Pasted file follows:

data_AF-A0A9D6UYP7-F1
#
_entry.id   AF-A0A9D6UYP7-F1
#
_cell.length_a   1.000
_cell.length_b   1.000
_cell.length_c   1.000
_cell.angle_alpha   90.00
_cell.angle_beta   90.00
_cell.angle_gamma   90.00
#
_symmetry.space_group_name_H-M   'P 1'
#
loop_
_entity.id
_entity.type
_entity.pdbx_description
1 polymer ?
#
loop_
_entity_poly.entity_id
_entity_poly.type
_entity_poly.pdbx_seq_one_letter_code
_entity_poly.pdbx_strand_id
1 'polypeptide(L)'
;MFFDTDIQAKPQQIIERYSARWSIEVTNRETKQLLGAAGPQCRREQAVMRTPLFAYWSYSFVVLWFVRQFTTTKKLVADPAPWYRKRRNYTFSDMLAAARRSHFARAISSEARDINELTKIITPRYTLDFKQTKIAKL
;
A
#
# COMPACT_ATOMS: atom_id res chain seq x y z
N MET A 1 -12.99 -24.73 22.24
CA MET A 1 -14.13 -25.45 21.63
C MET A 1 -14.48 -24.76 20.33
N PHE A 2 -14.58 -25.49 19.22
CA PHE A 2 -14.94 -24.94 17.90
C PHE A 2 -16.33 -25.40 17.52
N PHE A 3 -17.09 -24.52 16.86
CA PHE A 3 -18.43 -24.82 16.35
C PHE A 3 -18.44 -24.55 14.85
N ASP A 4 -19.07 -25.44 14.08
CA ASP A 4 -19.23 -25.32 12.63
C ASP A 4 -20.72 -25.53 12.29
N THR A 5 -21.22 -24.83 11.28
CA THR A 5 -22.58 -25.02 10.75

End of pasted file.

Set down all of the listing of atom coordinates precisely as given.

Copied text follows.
data_AF-A0A9D6UYP7-F1
#
_entry.id   AF-A0A9D6UYP7-F1
#
_cell.length_a   1.000
_cell.length_b   1.000
_cell.length_c   1.000
_cell.angle_alpha   90.00
_cell.angle_beta   90.00
_cell.angle_gamma   90.00
#
_symmetry.space_group_name_H-M   'P 1'
#
loop_
_entity.id
_entity.type
_entity.pdbx_description
1 polymer ?
#
loop_
_entity_poly.entity_id
_entity_poly.type
_entity_poly.pdbx_seq_one_letter_code
_entity_poly.pdbx_strand_id
1 'polypeptide(L)'
;MFFDTDIQAKPQQIIERYSARWSIEVTNRETKQLLGAAGPQCRREQAVMRTPLFAYWSYSFVVLWFVRQFTTTKKLVADPAPWYRKRRNYTFSDMLAAARRSHFARAISSEARDINELTKIITPRYTLDFKQTKIAKL
;
A
#
# COMPACT_ATOMS: atom_id res chain seq x y z
N MET A 1 -12.99 -24.73 22.24
CA MET A 1 -14.13 -25.45 21.63
C MET A 1 -14.48 -24.76 20.33
N PHE A 2 -14.58 -25.49 19.22
CA PHE A 2 -14.94 -24.94 17.90
C PHE A 2 -16.33 -25.40 17.52
N PHE A 3 -17.09 -24.52 16.86
CA PHE A 3 -18.43 -24.82 16.35
C PHE A 3 -18.44 -24.55 14.85
N ASP A 4 -19.07 -25.44 14.08
CA ASP A 4 -19.23 -25.32 12.63
C ASP A 4 -20.72 -25.53 12.29
N THR A 5 -21.22 -24.83 11.28
CA THR A 5 -22.58 -25.02 10.75